Kirchenbund: 1910-1921; this was a federation initially between the Immanuel Synod and United German and Scandinavian Lutheran Synod of Queensland (UGSLSQ). The Kirchenbund between the two synods had been favourably resolved in October 1910 by the UGSLSQ and agreed to by Immanuel Synod at convention in 1911. In 1920, the General Synod (federation comprised at the time of ELSQ, Victoria Synod, and Immanuel Synod aaG) also joined the Kirchenbund. The Kirchenbund ended when the synods amalgamate (rather than federate) forming the UELCA synod.

Member synods and time of membership:

  • Immanuel Synod (1910-1921)
  • United German and Scandinavian Lutheran Synod of Queensland (UGSLSQ) (1910-1921)
  • General Synod (1920-1921)

At the time that General Synod joined the Kirchenbund in 1920, member synods that comprised the General Synod were: Evangelical Lutheran Synod of Queensland (ELSQ); Immanuel Synod aaG; Victoria Synod

Name: Langmeil-Light’s Pass Synod

Origin/predecessors: Kavel-Fritzsche Synod.

After the August 1846 schism between Pastors Kavel and Fritzsche (which occurred at a synodical convention held in Bethany SA), Kavel and those in favour of his Protestations left to form their own synod: Langmeil-Light’s Pass Synod. Congregations were Langmeil, Klemzig and Hahndorf.

Pastor Kavel died on 12 February 1860. He was succeeded as leader by Pastor Johann Christian Auricht.

In 1860 a split occurred in the Light’s Pass Immanuel congregation of Pastor Staudenmayer, and supporters of Pastor Auricht formed the Light’s Pass Strait Gate (Zur engen Pforte) congregation and called their teacher, G. Julius Rechner, as their pastor. In December 1860 the Langmeil-Light’s Pass Synod severed its connections with Staudenmayer’s congregation (Light’s Pass Immanuel) and Tanunda St John’s congregation, which then formed the Tanunda-Light’s Pass Synod (1860-1874).

In the years 1864-1874 a Confessional Union existed between the Langmeil-Light’s Pass Synod and the ELSA. During this time they cooperated to start mission work among the Dieri people at Killalpaninna on the Cooper’s Creek.

In 1862 the church paper, Kirchen und Missions Blatt, was first published. It came out regularly from 1865 under various names (Australisches Kirchenblatt, Kirchenblatt, Deutsche Kirchen und Missions Zeitung).

In August 1874 the Langmeil-Light’s Pass Synod reunited with the Tanunda-Light’s Pass Synod. They took the name: The Evangelical Lutheran Immanuel Synod of SA (commonly known as Immanuel Synod)

Leader: Pastor ALC Kavel (1846-1860)

            Pastor JC Auricht  (1860-1874)

Unions or confederations: Confessional Union (1864-1874): a confessional union with the Evangelical Lutheran Synod of South Australia (ELSA) for the purpose of mission work amongst the Dieri people. The Union ends when the Langmeil-Light’s Pass and the Tanunda-Light’s Pass Synods reunite in 1874 and form the Immanuel Synod.

The Confessional Union ended as ELSA no longer wanted to draw pastorate from the Basel (Basle) Seminary, Switzerland. The issue of Pastors from Basel had been discussed at a convention in 1874 which was attended by ELSA, Immanuel Synod, and Victoria Synod delegates: Immanuel and Victoria Synods agreed to continue to receive Pastors trained at Basel Seminary – ELSA did not, which signalled the end of the Confessional Union. This resulted in the formation of the General Synod – a confessional union between Immanuel and Victoria Synods.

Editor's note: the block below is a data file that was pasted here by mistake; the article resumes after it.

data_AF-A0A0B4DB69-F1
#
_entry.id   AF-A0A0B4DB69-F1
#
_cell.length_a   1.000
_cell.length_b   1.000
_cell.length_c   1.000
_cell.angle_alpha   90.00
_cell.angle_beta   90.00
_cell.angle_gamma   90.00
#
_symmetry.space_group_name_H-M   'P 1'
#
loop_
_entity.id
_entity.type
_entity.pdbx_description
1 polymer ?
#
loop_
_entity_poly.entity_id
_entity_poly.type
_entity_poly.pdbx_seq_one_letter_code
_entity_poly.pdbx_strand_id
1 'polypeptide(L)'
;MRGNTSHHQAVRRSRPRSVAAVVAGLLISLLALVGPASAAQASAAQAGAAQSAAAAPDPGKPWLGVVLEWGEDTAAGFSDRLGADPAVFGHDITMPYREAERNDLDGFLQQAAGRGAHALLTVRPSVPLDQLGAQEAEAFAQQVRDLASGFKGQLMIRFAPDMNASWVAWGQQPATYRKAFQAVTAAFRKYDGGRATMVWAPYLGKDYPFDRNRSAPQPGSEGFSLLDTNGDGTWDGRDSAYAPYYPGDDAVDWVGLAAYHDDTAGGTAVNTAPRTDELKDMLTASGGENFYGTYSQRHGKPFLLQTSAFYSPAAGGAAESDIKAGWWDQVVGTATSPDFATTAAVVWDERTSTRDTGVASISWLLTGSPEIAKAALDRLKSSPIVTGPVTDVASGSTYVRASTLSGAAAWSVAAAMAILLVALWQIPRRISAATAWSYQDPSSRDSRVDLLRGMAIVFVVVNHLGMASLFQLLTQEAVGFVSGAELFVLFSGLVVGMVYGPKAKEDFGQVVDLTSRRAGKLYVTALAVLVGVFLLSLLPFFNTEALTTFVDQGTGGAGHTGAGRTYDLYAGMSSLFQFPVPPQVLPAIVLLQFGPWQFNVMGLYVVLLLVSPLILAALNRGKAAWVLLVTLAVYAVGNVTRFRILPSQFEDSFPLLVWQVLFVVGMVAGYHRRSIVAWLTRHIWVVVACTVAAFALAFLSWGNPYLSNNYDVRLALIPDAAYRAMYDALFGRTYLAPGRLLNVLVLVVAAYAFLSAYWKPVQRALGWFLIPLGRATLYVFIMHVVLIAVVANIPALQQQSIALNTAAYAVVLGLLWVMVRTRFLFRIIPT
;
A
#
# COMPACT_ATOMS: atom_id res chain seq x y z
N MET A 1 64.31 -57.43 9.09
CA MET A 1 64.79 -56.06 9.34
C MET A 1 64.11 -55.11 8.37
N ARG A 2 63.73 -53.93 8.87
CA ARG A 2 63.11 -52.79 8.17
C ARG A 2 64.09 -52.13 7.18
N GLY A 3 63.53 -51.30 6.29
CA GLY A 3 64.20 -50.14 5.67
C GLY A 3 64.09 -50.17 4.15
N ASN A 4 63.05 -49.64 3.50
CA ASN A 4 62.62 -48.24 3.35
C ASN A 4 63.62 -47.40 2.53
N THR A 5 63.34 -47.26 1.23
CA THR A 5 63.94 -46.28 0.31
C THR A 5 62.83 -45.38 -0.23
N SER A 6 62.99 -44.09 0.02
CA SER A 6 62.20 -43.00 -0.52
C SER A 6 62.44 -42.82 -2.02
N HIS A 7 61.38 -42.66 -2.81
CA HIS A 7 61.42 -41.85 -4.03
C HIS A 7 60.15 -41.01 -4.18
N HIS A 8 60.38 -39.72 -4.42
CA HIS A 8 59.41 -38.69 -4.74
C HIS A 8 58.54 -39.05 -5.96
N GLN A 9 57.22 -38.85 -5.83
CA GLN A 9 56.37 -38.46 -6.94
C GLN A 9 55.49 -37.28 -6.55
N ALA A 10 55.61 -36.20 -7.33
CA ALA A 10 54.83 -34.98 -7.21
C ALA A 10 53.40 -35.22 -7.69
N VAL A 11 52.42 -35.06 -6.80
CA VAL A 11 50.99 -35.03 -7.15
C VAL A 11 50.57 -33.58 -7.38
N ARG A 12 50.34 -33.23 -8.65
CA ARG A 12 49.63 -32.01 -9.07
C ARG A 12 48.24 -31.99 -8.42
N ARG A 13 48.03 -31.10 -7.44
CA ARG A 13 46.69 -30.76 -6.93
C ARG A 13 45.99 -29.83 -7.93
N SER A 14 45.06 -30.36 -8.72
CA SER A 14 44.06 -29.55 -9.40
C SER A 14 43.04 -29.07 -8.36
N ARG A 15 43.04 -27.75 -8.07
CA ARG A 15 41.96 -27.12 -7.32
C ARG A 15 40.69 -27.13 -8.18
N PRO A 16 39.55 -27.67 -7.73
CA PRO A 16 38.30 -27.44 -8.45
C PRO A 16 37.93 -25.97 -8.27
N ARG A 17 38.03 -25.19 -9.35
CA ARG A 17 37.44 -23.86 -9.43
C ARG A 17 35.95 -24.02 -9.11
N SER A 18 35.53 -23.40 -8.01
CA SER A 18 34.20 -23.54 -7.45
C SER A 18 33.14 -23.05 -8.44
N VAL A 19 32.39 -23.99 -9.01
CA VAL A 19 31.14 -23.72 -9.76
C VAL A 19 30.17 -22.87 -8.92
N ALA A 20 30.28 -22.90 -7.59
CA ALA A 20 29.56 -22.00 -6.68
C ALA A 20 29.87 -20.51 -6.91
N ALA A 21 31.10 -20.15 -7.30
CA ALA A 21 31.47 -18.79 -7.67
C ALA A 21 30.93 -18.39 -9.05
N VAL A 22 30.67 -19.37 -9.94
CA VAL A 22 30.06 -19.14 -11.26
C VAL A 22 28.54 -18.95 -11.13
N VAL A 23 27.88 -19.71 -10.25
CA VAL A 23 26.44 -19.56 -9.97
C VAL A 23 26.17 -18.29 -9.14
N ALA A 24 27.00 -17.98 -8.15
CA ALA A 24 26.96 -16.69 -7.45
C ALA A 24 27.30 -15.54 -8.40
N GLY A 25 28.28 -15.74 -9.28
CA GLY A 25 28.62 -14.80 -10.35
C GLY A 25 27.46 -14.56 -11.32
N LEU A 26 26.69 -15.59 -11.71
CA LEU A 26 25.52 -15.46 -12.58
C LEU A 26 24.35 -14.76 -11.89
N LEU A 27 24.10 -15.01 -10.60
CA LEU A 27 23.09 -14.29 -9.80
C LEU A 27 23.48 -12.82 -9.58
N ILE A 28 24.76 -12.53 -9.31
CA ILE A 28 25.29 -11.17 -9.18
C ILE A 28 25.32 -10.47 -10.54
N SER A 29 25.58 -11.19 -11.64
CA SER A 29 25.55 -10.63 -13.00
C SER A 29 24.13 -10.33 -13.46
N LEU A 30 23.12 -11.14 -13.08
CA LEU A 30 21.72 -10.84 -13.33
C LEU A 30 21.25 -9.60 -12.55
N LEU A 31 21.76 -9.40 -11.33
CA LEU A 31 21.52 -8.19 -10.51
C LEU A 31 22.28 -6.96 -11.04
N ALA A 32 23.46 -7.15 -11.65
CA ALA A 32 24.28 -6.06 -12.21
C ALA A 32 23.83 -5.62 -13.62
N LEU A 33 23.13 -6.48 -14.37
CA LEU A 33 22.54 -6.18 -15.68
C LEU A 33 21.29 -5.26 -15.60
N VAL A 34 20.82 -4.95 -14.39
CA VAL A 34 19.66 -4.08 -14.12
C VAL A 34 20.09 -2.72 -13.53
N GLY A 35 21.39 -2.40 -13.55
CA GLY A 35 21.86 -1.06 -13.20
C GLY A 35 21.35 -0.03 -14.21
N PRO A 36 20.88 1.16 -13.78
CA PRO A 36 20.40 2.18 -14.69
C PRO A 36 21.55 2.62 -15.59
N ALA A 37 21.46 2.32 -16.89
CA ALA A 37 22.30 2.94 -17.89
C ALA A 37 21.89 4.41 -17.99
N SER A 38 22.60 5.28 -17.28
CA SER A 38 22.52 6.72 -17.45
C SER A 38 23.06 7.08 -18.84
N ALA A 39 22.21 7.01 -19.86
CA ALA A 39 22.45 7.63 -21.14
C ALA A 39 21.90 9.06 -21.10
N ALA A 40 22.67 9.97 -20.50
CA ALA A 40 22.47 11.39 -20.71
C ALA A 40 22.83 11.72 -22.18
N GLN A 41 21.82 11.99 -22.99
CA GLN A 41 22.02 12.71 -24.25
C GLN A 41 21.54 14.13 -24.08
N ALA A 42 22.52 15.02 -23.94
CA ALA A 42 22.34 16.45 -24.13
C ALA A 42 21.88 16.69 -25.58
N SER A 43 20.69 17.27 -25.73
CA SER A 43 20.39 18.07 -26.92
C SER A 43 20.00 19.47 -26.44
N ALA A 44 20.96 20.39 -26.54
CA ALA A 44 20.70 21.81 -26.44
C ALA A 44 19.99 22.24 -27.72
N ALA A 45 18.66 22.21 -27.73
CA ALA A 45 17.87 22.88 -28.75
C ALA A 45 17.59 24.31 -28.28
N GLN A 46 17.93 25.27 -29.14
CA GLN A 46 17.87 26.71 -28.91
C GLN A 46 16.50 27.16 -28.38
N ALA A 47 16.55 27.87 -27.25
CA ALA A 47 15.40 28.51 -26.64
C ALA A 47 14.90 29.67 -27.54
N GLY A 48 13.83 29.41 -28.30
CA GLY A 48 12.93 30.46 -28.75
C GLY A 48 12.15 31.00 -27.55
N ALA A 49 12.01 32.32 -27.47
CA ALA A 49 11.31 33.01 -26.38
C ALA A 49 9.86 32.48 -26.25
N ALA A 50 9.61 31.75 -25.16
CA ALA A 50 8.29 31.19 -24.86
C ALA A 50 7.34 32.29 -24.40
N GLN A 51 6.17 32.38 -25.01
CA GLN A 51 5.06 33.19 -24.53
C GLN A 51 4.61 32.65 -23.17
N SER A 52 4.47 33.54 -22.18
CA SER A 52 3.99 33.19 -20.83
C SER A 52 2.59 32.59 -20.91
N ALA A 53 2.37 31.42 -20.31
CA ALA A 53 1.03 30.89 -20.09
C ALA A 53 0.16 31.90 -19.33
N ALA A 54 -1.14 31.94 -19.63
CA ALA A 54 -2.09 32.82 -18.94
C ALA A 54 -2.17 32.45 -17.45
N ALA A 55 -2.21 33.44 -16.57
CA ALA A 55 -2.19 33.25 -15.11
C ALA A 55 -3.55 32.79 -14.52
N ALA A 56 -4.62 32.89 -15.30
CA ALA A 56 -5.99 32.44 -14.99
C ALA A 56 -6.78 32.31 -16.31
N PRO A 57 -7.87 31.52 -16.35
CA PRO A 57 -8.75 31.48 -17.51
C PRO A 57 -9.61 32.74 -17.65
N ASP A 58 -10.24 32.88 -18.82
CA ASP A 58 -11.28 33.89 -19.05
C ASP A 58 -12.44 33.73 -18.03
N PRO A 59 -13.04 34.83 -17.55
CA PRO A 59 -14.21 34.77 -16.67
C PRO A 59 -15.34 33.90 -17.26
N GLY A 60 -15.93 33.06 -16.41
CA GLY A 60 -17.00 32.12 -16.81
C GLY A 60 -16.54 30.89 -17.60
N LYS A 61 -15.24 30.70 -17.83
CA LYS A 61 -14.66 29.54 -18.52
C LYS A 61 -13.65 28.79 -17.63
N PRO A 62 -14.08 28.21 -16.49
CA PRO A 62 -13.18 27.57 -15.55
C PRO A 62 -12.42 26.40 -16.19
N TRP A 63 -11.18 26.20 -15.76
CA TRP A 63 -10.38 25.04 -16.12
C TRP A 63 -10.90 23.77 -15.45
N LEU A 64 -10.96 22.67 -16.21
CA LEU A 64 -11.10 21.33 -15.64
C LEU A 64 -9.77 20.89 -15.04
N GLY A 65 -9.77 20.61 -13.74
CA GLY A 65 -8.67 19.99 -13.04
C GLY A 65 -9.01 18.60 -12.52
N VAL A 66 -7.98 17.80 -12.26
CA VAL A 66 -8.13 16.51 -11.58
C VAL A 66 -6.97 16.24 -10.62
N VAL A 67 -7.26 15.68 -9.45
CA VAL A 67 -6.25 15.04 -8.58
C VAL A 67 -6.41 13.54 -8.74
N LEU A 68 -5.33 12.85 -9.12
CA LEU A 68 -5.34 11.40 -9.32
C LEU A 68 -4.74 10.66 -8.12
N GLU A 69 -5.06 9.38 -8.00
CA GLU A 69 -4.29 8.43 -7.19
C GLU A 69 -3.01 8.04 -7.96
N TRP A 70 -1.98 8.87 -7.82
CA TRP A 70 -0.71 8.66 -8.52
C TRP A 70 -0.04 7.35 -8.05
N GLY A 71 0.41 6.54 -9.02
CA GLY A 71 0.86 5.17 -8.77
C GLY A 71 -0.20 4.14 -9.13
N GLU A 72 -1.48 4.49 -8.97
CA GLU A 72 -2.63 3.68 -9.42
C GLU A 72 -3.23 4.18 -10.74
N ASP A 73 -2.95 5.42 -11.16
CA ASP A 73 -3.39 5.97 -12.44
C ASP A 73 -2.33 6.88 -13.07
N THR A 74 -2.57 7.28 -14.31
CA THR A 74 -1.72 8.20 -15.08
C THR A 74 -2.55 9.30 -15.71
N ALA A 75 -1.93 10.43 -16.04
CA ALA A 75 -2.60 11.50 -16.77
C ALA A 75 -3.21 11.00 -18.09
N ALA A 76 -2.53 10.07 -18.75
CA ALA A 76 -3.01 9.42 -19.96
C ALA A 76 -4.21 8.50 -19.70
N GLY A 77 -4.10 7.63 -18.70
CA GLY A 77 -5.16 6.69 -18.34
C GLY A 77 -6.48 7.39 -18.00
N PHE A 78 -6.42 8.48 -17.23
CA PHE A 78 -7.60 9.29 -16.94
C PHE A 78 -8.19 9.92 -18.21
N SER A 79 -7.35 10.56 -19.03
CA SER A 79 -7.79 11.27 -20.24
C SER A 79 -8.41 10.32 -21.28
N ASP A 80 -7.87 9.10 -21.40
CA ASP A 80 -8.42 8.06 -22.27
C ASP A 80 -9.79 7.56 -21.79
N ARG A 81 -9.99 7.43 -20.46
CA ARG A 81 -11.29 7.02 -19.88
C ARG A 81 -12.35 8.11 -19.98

Breakaway Synods: Tanunda-Light’s Pass Synod (1860). They reunite in 1874, forming the Immanuel Synod.

Successors: Continued as Immanuel Synod (1874-1921) after a reunification with the Tanunda Light’s Pass Synod.

Missions: Killalpaninna Mission (Coopers Creek, SA) – Dieri people. Jointly founded by the ELSA and the Langmeil-Light’s Pass Synod through the Confessional Union. Missionaries were from the Hermannsburg Seminary, Germany and later from Neundettelsau Seminary, Germany.

Our holdings: Archival holdings for the Langmeil-Light’s Pass Synod are comprised of synodical convention minutes, constitutions, correspondence and include the Confession Union. A listing can be accessed here

Name: Tanunda-Light’s Pass Synodal Verband

Origin/predecessors: Formed by the Light’s Pass Immanuel and the Tanunda St John’s congregations in December 1860.

The formation followed from a split in the Light’s Pass Immanuel congregation (Pastor Staudenmayer) in September 1860: Staudenmayer had concerns over Kavel’s Apostolic Constitution and Protestations – the basis of the Langmeil-Light’s Pass Synod. Some members who supported Staudenmeyer formed the Tanunda St John’s Congregation (Pastor Keppler), and others remained at Immanuel. Those remaining at Immanuel who no longer supported Staudenmeyer but supported President Auricht left to form the Light’s Pass Strait Gate congregation (Langmeil-Light’s Pass Synod).

In December 1860 the members of Light’s Pass Strait Gate and other congregations in the Langmeil-Light’s Pass Synod severed all connections with Staudenmayer. As a result, the Tanunda-Light’s Pass Synod was formed.

Continues as: Evangelical Lutheran Immanuel Synod (commonly known as Immanuel Synod)

In August 1874 the Langmeil-Light’s Pass Synod reunited with the Tanunda-Light’s Pass Synod. They took the name: The Evangelical Lutheran Immanuel Synod (commonly known as Immanuel Synod.)

Description coming soon!

Description coming soon!

Description coming soon!

Description coming soon!

  • Dresden Missionaries (1838-1845)
  • Gossner Missionaries (1838-1848)
  • Suomi Conference (Finnish Lutherans in Australia)
  • ELCR
  • AELC

Description coming soon!

Description coming soon!

Lutheran Archives is located on Kaurna Country. We acknowledge the Traditional Owners of this Country and the Traditional Owners of the lands that have been documented or referenced in our collection throughout Australia, New Zealand and Papua New Guinea. We acknowledge their continuing connection to and care of Country, Culture and Community. We pay respects to Elders past, present and emerging.

Aboriginal and Torres Strait Islander people should be aware that names, records and images of deceased persons occur within our collection.